The Many Benefits of Gardening with Children

"Why Try to explain miracles to your kids when you can just have them plant a garden." ~Robert Brault

The Benefits are Many, the Lessons Uncountable...

There are so many reasons to spend time gardening with your children. These range from physical, to mental, to spiritual. Children (and the adults who work with them) get physical exercise, fresh air and sunlight, an education about where food comes from, to use math skills, and learn many life lessons about patience, hope, and the cycle of life.

Countless lessons can be learned while working a garden. Children can learn what food looks like before it reaches their plate and what exactly goes into growing, picking, transporting, storing, preparing to eat, and even composting the waste back into the garden to start the cycle again. They can exercise their math skills when planning the garden - how far apart to plant seeds, how many plants are needed to feed a group, how often to water or perform other tasks. Children can perform scientific experiments by seeing which plants work well together, changing the amount of water different plants receive, or planting the same flower in shade or sun to see what kind of results they can get.

By having their very own garden, row, or plants children become invested in the activity even more. They learn personal responsibility, because those plants are depending on the child. Kids can learn to use and care for the tools they use in the garden - if they have their own mini-versions, or if they share with an adult. They become more aware of their surroundings when taught safety lessons regarding edible plants and tool safety and to look where they are stepping.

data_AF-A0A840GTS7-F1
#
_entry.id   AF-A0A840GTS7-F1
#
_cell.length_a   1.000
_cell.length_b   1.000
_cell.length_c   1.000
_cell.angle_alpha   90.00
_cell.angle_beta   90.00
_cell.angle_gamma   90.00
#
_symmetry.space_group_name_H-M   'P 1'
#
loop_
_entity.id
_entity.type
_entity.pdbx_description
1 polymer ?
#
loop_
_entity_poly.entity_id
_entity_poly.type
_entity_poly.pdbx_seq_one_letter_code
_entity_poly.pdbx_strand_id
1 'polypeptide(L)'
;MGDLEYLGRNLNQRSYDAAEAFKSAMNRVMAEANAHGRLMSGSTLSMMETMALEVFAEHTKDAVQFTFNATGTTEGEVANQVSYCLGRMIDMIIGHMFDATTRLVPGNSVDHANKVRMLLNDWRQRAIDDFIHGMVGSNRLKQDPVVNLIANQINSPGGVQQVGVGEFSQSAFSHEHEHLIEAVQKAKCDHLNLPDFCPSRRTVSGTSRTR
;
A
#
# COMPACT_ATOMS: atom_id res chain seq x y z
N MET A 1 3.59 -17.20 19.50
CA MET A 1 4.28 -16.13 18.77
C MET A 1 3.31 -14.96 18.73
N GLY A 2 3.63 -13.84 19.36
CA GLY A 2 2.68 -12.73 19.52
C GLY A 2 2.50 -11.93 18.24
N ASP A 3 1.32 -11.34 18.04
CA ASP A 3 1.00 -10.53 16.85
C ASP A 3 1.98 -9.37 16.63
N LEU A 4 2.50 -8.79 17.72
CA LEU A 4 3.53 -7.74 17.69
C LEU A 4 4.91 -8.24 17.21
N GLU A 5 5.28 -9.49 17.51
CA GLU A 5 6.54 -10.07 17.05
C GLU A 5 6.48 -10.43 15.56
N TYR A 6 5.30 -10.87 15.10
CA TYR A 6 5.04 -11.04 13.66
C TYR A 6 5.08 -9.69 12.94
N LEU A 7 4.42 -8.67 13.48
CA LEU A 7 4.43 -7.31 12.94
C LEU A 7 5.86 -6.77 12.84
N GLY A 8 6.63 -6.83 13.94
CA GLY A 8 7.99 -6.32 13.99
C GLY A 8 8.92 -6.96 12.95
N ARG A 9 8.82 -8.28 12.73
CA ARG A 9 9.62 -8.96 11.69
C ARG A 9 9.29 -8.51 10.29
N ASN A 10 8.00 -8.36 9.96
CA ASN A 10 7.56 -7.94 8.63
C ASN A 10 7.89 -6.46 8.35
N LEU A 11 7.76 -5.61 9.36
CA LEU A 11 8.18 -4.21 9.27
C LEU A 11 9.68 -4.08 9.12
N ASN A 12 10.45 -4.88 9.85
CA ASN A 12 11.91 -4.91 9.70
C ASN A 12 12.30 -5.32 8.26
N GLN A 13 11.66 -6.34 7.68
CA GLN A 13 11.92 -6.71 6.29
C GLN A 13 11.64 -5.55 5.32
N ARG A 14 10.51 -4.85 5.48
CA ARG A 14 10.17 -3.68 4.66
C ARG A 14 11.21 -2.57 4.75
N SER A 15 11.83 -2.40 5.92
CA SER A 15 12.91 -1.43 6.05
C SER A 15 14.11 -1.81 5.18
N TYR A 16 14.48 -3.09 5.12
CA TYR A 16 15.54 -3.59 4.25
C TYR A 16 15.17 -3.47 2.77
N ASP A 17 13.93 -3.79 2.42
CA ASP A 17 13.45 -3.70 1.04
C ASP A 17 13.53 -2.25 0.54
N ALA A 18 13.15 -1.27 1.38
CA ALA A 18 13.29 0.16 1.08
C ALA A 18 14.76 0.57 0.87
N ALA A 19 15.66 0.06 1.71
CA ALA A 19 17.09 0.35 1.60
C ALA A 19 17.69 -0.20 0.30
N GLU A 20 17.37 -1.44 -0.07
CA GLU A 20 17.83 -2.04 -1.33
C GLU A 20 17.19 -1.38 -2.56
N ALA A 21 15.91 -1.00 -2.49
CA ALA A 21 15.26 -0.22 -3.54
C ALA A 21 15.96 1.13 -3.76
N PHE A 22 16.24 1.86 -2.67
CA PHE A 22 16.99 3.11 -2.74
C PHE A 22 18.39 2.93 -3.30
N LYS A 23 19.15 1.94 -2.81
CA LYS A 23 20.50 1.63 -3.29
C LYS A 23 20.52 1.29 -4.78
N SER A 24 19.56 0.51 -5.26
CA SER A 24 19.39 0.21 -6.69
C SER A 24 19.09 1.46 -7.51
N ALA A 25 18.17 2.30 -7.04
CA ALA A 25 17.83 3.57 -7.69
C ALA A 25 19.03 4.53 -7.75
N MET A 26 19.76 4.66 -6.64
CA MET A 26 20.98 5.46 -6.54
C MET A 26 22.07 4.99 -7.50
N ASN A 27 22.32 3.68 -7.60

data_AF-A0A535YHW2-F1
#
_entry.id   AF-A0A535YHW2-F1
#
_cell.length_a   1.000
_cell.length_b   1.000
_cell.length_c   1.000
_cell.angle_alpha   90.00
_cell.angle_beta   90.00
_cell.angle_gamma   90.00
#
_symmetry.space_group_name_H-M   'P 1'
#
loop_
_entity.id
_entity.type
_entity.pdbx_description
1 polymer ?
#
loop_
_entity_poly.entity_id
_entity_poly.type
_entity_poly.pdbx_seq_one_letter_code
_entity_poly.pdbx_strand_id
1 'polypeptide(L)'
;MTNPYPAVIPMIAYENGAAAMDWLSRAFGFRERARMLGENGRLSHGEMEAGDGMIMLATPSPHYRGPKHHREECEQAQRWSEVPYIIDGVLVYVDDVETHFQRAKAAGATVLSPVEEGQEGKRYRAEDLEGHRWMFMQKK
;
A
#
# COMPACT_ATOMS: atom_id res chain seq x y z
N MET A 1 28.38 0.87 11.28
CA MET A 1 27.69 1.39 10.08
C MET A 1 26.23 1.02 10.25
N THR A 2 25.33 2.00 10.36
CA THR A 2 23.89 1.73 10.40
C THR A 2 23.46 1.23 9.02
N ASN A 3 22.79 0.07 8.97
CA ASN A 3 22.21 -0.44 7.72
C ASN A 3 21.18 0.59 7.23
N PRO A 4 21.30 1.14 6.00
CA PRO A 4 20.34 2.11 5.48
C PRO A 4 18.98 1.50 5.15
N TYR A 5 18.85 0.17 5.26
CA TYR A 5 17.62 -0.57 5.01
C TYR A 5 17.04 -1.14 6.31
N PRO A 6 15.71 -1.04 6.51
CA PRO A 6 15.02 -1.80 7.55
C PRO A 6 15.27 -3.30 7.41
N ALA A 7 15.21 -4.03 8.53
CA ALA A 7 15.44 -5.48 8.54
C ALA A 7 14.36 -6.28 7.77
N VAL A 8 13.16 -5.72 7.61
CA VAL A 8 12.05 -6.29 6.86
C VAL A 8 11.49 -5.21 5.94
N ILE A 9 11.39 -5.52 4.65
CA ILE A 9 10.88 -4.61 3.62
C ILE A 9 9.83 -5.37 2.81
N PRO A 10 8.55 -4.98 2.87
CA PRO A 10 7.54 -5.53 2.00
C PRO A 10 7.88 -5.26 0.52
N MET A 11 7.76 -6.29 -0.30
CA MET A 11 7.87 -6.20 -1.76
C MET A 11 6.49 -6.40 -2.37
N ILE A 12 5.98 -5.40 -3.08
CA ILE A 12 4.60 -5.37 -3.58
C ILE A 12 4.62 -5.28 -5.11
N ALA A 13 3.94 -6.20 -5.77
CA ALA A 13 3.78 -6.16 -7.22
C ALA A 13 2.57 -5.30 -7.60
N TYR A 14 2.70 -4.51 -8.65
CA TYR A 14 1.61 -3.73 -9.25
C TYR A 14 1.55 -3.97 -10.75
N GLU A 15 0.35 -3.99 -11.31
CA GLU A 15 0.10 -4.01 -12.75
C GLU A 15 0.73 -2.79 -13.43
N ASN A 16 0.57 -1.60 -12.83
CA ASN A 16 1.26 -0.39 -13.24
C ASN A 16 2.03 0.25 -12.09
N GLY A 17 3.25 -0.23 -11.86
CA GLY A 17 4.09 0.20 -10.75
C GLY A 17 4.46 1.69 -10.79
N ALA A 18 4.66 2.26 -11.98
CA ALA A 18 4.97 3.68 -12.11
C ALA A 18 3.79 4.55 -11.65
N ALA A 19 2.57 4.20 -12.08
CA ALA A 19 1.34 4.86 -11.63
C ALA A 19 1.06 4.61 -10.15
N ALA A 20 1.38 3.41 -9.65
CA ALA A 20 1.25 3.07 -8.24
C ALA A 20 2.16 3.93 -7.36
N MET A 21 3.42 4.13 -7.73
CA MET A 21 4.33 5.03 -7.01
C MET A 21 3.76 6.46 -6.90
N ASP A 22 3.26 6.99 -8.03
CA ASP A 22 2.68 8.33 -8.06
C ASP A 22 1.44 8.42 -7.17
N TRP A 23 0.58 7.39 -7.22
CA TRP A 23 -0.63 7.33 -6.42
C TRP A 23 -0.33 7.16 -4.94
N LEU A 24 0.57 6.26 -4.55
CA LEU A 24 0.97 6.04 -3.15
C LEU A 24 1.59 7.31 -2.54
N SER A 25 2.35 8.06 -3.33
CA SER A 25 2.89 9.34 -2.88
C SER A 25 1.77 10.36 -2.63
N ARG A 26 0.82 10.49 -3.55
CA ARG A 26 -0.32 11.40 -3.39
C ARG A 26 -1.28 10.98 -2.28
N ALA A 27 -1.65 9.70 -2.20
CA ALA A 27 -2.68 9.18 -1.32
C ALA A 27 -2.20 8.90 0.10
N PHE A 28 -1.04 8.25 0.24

"You have the chance to plant a seed of something very special in the hearts, minds, and spirits of your children as you garden together." ~Cathy James

Believe in Your Children and They Will Believe in Themselves

The lesson learn go beyond the things that will help them in the classroom. If you grow an extra row, or work in a community garden, you can share the product of your mutual labor with others. This teachers caring and generosity to others. It does not take a lot of extra effort to raise a few more plants when you are working in the garden anyway. Alternatively, some extra plants or veggies could become a source of income if brought to a local farmer's market. The children can learn many lessons in economics and budgeting. Kids can learn about art and design by building pizza gardens or rainbow gardens, or even a personal hideaway surrounding by yummy peas or cheerful sunflowers. 

Lessons on patience, hope, and planning for the future are inherent when working with a garden. No plant grows completely overnight; some grow faster than others; some seeds don't make it. When planning a garden, children will not only need to think about what they will want to see or eat in the future, but also plan for how many plants they will get out of all of the seeds they start. We have all known little disappointments and many joys in the garden. Dealing with these concepts at a young age will help them be more well-equipped emotionally as adults. Personal responsibility equals personal growth.